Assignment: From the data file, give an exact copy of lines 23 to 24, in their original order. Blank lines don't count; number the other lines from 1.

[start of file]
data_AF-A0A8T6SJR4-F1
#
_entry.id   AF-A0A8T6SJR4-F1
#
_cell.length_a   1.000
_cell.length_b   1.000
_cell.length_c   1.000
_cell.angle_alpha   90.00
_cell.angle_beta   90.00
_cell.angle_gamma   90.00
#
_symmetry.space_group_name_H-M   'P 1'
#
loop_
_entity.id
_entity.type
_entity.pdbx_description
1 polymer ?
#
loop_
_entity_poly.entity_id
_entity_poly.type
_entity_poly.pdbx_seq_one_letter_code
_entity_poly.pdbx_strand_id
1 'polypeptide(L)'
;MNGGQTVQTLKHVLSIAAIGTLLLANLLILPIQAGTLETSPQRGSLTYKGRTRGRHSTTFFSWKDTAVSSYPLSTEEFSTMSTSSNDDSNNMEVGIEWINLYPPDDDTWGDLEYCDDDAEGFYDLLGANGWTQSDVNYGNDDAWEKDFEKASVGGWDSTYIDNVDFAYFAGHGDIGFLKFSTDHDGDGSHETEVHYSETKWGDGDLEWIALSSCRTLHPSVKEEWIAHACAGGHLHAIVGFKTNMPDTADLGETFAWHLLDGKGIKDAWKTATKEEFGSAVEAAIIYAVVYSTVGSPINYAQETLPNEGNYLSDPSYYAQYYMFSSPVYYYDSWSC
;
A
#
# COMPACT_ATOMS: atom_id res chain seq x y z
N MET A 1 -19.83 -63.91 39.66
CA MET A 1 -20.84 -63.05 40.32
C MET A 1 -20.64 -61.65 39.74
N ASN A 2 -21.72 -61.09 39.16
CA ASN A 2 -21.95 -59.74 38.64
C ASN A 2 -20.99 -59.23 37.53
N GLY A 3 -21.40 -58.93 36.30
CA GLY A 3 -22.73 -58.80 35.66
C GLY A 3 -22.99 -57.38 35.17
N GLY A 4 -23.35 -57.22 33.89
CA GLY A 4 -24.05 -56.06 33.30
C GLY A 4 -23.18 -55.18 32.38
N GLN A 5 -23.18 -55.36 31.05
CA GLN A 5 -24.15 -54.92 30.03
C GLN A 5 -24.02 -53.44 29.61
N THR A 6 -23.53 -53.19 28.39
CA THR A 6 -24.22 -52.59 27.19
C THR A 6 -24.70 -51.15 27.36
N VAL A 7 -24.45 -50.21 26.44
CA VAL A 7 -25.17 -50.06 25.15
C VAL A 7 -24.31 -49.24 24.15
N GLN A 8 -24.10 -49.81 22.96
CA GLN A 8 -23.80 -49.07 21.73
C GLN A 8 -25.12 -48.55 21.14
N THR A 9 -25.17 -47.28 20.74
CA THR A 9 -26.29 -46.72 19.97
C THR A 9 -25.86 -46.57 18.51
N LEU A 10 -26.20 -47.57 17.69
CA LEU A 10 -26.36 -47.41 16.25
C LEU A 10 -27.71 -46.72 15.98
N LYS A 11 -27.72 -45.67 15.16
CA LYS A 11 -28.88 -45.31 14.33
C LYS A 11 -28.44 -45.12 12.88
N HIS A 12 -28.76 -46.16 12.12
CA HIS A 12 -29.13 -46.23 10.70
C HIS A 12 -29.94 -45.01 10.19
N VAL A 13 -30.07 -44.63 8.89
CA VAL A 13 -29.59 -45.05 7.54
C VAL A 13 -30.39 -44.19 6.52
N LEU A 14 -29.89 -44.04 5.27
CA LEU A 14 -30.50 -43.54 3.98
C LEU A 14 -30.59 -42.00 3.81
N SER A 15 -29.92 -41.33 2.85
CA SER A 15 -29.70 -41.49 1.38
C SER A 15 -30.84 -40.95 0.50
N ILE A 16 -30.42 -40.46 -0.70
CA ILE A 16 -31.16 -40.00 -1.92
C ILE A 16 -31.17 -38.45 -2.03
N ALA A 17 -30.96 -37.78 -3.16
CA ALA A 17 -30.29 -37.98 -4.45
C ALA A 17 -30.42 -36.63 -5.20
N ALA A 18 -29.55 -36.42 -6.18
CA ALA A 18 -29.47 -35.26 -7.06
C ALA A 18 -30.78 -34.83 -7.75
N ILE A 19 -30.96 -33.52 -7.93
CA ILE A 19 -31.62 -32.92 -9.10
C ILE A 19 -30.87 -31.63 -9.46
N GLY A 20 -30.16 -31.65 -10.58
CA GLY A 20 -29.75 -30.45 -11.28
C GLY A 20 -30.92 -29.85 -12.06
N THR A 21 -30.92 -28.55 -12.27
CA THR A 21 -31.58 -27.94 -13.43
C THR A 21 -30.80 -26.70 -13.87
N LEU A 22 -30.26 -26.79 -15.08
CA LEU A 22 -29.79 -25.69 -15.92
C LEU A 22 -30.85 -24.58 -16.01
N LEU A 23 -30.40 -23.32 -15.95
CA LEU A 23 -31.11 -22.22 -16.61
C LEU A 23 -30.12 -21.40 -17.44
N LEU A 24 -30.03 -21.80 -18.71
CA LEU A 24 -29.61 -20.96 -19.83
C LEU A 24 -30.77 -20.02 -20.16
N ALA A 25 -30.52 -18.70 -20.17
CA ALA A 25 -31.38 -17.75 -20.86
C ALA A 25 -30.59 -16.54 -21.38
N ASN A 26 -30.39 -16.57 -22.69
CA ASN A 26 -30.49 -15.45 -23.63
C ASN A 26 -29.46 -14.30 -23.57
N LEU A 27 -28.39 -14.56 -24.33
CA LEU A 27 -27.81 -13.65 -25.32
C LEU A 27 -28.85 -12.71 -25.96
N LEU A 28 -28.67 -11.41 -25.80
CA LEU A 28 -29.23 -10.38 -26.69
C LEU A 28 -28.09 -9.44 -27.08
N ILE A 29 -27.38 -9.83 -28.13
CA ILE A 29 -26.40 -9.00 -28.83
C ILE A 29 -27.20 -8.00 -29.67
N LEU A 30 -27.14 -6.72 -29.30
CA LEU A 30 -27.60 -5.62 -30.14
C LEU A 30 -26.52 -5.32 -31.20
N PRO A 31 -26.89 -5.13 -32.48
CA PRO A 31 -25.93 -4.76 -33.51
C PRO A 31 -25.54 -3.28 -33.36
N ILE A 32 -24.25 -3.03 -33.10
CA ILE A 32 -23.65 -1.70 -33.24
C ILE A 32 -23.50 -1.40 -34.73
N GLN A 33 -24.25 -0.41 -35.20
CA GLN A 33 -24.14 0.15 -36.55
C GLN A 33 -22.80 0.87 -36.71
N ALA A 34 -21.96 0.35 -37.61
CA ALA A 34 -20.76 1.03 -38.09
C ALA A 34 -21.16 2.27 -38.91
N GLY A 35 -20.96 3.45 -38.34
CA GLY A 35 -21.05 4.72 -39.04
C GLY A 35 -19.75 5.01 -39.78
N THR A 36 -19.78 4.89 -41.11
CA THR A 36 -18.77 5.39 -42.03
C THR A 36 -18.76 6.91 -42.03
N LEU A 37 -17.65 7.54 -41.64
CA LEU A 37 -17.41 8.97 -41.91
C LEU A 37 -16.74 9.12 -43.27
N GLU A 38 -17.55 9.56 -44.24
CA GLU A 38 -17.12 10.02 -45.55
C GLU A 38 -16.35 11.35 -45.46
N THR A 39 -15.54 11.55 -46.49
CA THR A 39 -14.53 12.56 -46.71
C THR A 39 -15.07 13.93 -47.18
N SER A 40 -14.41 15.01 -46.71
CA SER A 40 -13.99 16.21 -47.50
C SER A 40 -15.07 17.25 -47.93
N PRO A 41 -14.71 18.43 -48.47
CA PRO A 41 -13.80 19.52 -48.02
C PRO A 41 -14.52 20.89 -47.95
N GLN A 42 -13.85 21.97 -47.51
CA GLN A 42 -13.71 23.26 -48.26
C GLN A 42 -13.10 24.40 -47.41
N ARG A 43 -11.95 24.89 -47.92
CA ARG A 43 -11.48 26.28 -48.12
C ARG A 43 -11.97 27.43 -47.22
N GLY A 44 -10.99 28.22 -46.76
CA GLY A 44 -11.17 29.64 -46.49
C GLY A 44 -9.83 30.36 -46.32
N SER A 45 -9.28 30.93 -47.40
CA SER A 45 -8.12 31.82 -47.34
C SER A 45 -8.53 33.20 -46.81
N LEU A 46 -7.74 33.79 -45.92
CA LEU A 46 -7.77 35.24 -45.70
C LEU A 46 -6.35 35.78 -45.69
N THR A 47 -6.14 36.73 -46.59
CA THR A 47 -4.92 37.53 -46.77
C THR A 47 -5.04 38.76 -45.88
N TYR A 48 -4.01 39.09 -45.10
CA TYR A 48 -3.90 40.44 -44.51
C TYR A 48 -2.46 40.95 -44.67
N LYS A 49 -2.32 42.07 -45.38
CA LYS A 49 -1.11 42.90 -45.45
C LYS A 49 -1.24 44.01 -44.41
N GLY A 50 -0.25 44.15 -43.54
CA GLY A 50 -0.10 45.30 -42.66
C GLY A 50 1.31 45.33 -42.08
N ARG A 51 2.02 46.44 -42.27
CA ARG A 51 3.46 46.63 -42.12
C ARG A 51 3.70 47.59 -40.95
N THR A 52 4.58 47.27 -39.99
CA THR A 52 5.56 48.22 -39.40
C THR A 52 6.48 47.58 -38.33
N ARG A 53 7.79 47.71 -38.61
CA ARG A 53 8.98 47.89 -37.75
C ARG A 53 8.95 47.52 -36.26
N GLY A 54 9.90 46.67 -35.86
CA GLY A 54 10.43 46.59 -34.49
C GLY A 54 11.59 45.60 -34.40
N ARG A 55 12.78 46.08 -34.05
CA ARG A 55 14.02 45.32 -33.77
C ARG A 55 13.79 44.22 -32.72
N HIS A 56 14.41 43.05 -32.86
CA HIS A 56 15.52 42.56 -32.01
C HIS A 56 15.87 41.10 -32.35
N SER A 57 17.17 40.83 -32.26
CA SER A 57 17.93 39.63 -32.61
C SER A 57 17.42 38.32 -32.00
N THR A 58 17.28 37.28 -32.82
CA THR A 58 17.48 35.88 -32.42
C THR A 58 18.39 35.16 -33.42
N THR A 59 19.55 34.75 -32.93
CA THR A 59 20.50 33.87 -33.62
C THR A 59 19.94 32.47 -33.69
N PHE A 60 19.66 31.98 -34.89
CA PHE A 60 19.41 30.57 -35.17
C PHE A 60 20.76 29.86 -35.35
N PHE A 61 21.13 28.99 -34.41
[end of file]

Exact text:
_entity_poly.pdbx_seq_one_letter_code
_entity_poly.pdbx_strand_id